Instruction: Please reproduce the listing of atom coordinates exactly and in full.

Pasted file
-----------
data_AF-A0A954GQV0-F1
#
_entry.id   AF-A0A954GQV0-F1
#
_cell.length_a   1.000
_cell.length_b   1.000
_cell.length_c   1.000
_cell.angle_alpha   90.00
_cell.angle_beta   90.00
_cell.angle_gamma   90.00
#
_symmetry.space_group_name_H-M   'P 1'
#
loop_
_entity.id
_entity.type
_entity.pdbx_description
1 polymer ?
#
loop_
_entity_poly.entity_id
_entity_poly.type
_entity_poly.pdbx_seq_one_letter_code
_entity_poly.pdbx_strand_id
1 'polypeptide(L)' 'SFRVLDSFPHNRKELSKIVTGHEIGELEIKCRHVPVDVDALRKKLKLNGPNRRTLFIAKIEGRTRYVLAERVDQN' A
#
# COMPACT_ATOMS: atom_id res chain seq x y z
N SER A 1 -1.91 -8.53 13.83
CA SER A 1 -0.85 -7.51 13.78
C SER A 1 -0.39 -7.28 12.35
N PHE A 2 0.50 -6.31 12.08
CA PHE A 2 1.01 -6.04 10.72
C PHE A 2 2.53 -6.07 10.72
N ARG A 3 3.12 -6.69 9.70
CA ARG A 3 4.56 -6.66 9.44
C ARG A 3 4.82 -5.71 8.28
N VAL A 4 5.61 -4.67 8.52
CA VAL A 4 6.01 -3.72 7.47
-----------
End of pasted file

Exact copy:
data_AF-A0A954GQV0-F1
#
_entry.id   AF-A0A954GQV0-F1
#
_cell.length_a   1.000
_cell.length_b   1.000
_cell.length_c   1.000
_cell.angle_alpha   90.00
_cell.angle_beta   90.00
_cell.angle_gamma   90.00
#
_symmetry.space_group_name_H-M   'P 1'
#
loop_
_entity.id
_entity.type
_entity.pdbx_description
1 polymer ?
#
loop_
_entity_poly.entity_id
_entity_poly.type
_entity_poly.pdbx_seq_one_letter_code
_entity_poly.pdbx_strand_id
1 'polypeptide(L)' 'SFRVLDSFPHNRKELSKIVTGHEIGELEIKCRHVPVDVDALRKKLKLNGPNRRTLFIAKIEGRTRYVLAERVDQN' A
#
# COMPACT_ATOMS: atom_id res chain seq x y z
N SER A 1 -1.91 -8.53 13.83
CA SER A 1 -0.85 -7.51 13.78
C SER A 1 -0.39 -7.28 12.35
N PHE A 2 0.50 -6.31 12.08
CA PHE A 2 1.01 -6.04 10.72
C PHE A 2 2.53 -6.07 10.72
N ARG A 3 3.12 -6.69 9.70
CA ARG A 3 4.56 -6.66 9.44
C ARG A 3 4.82 -5.71 8.28
N VAL A 4 5.61 -4.67 8.52
CA VAL A 4 6.01 -3.72 7.47